Thursday, May 31, 2007

Melamine in the human food supply

This Daily Kos diary reveals the astonishing fact that the United States adds melamine to livestock feed sold domestically and for export.

See this release from the Food and Drug Administration, which specifies that the feed was meant for "cattle, sheep, and goats, or fish and shrimp."

Melamine has also showed up in catfish meant for human consumption. The FDA, however, tells us not to worry:
...federal scientists determined that, based on currently available data and information, the consumption of pork, chicken, domestic fish, and eggs from animals inadvertently fed animal feed contaminated with melamine and its analogues is very unlikely to pose a human health risk.

The interim safety/risk assessment concludes that in the most extreme risk assessment scenario, when scientists assumed that all the solid food a person consumes in an entire day contained melamine and the melamine compound cyanuric acid in equal amounts, the potential exposure is about 250 times lower than the dose considered safe. This is a large safety margin. Translated to consumption levels, this means that a person weighing 132 pounds would have to eat more than 800 pounds per day of food containing melamine and its compounds to approach a level of consumption that would cause a health concern.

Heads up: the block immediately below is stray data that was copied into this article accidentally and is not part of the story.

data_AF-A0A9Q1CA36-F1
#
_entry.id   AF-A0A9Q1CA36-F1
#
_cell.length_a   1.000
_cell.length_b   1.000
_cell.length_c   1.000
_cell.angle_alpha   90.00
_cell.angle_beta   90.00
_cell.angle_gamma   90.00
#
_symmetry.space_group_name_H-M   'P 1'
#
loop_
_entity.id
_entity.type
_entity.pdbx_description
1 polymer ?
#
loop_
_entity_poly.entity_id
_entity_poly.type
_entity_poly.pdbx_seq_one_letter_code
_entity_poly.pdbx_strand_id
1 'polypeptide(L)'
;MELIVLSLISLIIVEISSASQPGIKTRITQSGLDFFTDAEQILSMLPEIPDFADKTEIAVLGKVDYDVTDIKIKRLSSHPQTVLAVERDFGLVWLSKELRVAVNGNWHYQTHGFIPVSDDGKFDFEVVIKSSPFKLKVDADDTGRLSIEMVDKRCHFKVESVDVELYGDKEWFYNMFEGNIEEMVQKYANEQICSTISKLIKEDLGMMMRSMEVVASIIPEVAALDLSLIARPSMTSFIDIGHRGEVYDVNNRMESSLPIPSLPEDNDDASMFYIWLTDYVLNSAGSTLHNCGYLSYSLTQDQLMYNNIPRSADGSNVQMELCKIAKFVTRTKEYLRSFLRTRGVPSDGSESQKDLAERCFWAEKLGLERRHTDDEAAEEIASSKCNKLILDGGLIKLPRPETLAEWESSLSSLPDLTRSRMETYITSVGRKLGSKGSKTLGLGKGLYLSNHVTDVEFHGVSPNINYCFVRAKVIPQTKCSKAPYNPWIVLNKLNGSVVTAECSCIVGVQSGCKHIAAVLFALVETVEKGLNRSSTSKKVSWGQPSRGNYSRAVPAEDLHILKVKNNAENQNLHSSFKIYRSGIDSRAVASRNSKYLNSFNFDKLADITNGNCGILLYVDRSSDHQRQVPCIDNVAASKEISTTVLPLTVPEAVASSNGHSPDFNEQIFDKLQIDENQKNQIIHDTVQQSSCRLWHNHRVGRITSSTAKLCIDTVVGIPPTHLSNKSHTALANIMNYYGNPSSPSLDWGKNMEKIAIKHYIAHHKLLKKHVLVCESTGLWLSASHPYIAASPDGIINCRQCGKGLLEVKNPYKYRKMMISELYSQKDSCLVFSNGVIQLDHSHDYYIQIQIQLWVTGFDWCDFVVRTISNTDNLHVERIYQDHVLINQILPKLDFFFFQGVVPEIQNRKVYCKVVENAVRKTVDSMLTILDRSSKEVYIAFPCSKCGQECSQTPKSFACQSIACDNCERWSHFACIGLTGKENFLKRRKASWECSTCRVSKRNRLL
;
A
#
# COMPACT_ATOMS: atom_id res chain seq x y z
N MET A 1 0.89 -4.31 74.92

You feel comfortable with that...?


Hyperman said...

Well, if this is "risk assessment" is not industry sponsored bullshit, I think eating 800 pounds of food in one day might be more dangerous than its content in melamine.

Anonymous said...

yet one more of the myriad reasons to be vegetarian.....
(i could count the ways, but i'll spare you all)

Anonymous said...

Really, dr. elsewhere (hey, do you have that "How to Win an Argument With a Meat Eater" poster, too?).

The melamine news (or "news" depending on your perspective) is also yet another reason for people who are STILL ignoring the perils of eating food purchased from commercial grocery stores to get snuggly with their local organic food merchants. Yes, they're expensive. So is paying for the medical treatment you'll need after consuming most (if not all) of the crap on the shelves of their competitors.

Anonymous said...

Considering this first came to the public's attention through contamination of 'food grade' wheat gluten, I would'nt feel too comfortable as a vegetarian, either.